At last some heat. After one of the worst springs in memory, finally the sun has come out and even the grass is trying hard to grow.

Fields remain tender, though, with even a heavy shower turning them soft again as the water table remains stubbornly near the surface. Some the wettest fields, mostly colder north facing, are really struggling with the effects of eight wet months and now leather jackets have come for their holidays.

Michael has rolled and fertilised the fields, but they still look awful. A few years ago spraying them would have sorted the job, but like many other agri-chemicals, the spray for leather jackets has been banned and so far there are no effective alternatives.

So, we are having a trial with some garlic-based 'snake oil' to see if it can help, before our May/June grazing and silage crops are badly affected. I’m told that grass seed breeders are looking at developing leather jacket resistant varieties of seed and quite honestly, these can’t come quick enough.

Despite the late spring, lambing as it always does has come and gone and what a challenge it turned out to be. No grass and waterlogged fields at the start, followed by more rain, hail, sleet, snow, and frost. Pretty much every type of weather we could have done without.

The Mule ewes we lamb inside we couldn’t get out and the Blackies expected to lamb outside, we ended up bringing in droves of them as they lambed. So, all in all, a hell of a challenge.

Then the hardy wee souls that survived the weather had to contend with foxes killing randomly across all of our ground. We always get some fox trouble and we accept that, but this year has been exceptional.

Once again, more long hours for the guys sitting out in lambing fields trying to stop them.

A gamekeeper suggested to me that this problem is country-wide and may be something to do with foxes coming down the hill in search of food. It seems voles, mice etc have been wiped out in large numbers by the wet autumn, hard winter and late snow, so the creatures (including foxes) that rely on them for nourishment have been forced to look for alternatives.

Whatever the reason, it’s been a damned nuisance when we could have done without the hassle, not to mention the value of the lost lambs.

So fair to play Michael, Stuart and the guys for the effort they all put in – even yours truly was wheeled out in with my zimmer for a couple of weeks to help, so it must have been tough!

Like James Porter in last week’s Farm View column, I must pay tribute to this Herculean effort from a team that allowed a potential disaster situation to work out not too bad in the end.

As Hugh, at Tower, keeps reminding me about stock, you only get out what you put in both in term of feeding and the effort required to look after their well-being. Especially in a year like this, he is absolutely right.

'Easy Care' or 'ranching', it would seem are maybe not really very robust farming systems after all. In reality, maybe they are just alternative descriptions for people never going near their stock.

This may be OK in a benign winter and normal spring, but not this year. Human intervention in the face of the wrath of Mother Nature has undoubtedly paid dividends, despite the long days and enormous feed bills.

I fear if some of the stories around the country about losses, particularly in unfed, or 'ranched' hill sheep are true, their owners could be in serious financial bother.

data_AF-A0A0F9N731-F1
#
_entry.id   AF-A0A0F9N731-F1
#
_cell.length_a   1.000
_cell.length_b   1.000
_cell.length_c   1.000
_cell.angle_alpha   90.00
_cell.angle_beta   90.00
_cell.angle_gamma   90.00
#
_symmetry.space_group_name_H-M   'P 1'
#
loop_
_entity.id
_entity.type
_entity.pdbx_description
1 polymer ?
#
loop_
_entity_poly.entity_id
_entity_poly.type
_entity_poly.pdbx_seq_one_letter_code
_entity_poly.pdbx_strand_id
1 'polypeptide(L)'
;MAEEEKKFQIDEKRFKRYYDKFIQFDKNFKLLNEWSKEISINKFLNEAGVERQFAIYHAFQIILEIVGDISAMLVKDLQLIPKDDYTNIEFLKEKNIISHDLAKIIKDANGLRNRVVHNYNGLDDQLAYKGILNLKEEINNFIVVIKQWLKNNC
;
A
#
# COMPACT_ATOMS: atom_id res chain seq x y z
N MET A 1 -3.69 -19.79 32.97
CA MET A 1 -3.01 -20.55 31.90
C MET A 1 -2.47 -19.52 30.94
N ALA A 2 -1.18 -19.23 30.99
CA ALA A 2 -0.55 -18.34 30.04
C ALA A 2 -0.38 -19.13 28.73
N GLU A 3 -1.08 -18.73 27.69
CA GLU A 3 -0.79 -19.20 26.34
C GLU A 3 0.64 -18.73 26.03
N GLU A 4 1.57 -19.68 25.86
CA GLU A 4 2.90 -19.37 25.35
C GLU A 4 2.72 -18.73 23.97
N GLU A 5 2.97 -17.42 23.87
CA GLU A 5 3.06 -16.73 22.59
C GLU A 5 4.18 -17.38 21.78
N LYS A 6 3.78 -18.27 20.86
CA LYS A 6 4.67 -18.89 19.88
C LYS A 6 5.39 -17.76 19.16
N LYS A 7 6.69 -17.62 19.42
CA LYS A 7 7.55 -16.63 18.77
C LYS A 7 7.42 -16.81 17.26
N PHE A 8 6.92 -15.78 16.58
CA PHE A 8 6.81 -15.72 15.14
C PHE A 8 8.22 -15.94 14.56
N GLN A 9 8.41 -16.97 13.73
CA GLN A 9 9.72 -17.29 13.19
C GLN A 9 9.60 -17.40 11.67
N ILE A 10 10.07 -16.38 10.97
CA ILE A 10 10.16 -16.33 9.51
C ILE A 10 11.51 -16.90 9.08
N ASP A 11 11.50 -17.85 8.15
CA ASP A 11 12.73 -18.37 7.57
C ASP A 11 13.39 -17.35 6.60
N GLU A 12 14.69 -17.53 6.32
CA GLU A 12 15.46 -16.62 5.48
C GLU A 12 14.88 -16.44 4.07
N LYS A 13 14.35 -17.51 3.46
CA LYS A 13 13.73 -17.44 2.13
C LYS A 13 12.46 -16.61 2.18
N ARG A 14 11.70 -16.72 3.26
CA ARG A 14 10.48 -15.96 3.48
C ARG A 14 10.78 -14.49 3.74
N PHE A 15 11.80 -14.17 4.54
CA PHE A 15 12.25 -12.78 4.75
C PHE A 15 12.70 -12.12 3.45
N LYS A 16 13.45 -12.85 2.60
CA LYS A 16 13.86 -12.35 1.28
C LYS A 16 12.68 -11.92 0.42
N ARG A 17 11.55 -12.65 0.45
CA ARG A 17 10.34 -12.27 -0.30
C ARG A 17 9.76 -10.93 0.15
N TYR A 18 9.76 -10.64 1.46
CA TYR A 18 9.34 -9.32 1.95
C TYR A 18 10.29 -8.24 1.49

For many, though, it’s a Catch 22 situation. You know you need shepherds but you can’t afford them because lambing percentages and lamb values can’t support men on certain types of farms, so they have to be left to fend for themselves.

Then along comes the 'Beast from the East' and her chums and, bingo, mortality rates in ewes and lambs go through the roof and a 50-100% lambing percentage is the result which takes you nowhere.

I have an awful feeling that the spring of 2018 could be a watershed moment for some of these types of farms, with their immediate future looking bleak.

The medium term impacts of Brexit and CAP changes will lead to even greater uncertainty and concern, so very worrying and potentially life changing for many I’m sure.

Just to throw another curve ball into the game, ASDA and Sainsbury decide to announce a new-found 'love in' which, if allowed by the competition authorities, may lead to a full-blown merger. Even if Sainsbury's CEO Mike Coupe hadn’t opened his mouth, we all know this kind of buying power and control of the supply chain can’t be good news for suppliers or primary producers.

His glib throw away line that consumers would see a 10 % reduction in prices but there would be no store closures or redundancies amongst Asda or Sainsbury staff is as mind boggling and worrying in equal measure on several levels.

Of course, they will rationalise the number of stores; of course, they will have to find synergies in back office functions, the buying teams and supply chain management; and, of course, if prices fall 10 % it will be us that pay for this wonderful privilege.

No wonder this guy was caught sitting in front of the camera singing 'We’re in the money' because no doubt he will be getting a big bonus for doing the deal at the expense of the employees and suppliers alike. He must think that we are all zipped up the back to believe this nonsense.

Meanwhile, with all these uncontrollable events going on around us, lambing and calving are coming to an end and the 'circle of life' begins again. The breeding programme for our sucklers is already underway, with several large batches of cattle synchronised to begin their AI programme.

With 110 home-bred heifers and more than 400 cows going into this amazing programme and being AI’d in the next couple of weeks, the work load for the spring of 2019 is already being mapped out before the memories of 2018 have even faded.

Maybe I’ll service my zimmer before I put it away for the summer – it may just be needed again next spring!